The 2013 ACC/AHA cholesterol treatment guidelines removed the recommendation to treat adults at risk of cardiovascular disease to goal levels of low-density lipoprotein cholesterol (LDL-C). We anticipated that the frequency of LDL-C testing in clinical practice would decline as a result. To test this hypothesis, we evaluated the frequency of LDL-C testing before and after the guideline release.
Using negative control outcomes to assess the comparability of treatment groups among women with osteoporosis in the United States
June 2020: Pharmacoepidemiology & Drug Safety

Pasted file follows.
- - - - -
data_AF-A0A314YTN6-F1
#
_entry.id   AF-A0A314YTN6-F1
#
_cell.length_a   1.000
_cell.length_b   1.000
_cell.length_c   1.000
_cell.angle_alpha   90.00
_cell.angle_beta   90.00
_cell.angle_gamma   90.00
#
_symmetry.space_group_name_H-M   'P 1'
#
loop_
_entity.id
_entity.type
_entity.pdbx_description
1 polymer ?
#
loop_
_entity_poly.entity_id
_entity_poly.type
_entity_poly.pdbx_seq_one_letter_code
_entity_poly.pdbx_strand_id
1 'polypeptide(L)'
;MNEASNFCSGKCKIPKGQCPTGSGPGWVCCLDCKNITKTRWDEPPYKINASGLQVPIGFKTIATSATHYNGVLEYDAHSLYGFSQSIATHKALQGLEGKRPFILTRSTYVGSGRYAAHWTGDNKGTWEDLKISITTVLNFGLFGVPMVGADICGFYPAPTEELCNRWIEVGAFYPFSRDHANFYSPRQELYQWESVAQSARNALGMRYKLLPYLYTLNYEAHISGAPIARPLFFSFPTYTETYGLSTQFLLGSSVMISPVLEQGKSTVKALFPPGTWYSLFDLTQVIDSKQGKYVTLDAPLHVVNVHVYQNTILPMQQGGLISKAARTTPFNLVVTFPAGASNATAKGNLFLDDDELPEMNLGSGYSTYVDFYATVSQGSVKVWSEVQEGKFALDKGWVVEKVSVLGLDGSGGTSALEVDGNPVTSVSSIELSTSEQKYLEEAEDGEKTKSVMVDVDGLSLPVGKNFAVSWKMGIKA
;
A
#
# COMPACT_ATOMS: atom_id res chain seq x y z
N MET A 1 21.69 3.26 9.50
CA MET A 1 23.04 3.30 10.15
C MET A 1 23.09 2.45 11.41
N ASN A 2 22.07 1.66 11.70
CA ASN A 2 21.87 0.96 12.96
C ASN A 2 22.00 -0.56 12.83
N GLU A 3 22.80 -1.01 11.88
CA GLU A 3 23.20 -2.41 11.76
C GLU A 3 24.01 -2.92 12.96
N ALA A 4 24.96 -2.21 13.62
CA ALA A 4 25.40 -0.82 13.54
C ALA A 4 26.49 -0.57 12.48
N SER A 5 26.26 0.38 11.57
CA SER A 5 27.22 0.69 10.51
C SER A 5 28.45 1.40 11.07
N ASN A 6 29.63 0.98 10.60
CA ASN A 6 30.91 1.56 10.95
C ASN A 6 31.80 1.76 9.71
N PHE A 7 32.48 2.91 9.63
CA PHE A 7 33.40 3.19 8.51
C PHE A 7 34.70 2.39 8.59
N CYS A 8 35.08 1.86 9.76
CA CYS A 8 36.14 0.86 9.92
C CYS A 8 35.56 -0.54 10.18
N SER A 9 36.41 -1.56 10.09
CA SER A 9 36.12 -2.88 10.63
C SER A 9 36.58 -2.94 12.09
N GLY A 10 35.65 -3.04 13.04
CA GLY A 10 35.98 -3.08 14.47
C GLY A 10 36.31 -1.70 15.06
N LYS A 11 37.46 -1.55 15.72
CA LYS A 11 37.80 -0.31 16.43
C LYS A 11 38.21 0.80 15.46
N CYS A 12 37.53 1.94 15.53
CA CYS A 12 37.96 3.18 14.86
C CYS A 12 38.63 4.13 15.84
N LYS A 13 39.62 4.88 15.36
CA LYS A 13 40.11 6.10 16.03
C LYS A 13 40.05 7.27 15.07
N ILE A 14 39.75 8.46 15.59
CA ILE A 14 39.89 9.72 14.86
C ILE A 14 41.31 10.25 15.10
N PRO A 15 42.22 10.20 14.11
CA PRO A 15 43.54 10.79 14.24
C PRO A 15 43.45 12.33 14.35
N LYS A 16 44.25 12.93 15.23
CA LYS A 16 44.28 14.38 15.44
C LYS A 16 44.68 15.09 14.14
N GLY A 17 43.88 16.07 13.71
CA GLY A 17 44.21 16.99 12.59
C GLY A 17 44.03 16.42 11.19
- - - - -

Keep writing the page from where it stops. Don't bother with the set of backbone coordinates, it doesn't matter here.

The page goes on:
- Leah J McGrath, Leslie Spangler, Jeffrey R Curtis, Vera Ehrenstein, Henrik T Sørensen, Bradley Saul, Sara N Levintow, Diane Reams, Brian D Bradbury, M Alan Brookhart
In contrast to randomized clinical trials, comparative safety and effectiveness assessments of osteoporosis medications in clinical practice may be subject to confounding by indication. We used negative control outcomes to detect residual confounding when comparing osteoporosis medications.
Treatment Patterns Among Adults with Primary Immune Thrombocytopenia Diagnosed in Hematology Clinics in the United States
May 2020: Clinical Epidemiology
- Leah J McGrath, Karynsa Kilpatrick, Robert A Overman, Diane Reams, Anjali Sharma, Ivy Altomare, Jeffrey Wasser, M Alan Brookhart
Patients with immune thrombocytopenia (ITP) have low platelet counts and an increased risk of bleeding. We described treatment patterns and clinical outcomes in routine practice in the United States (US).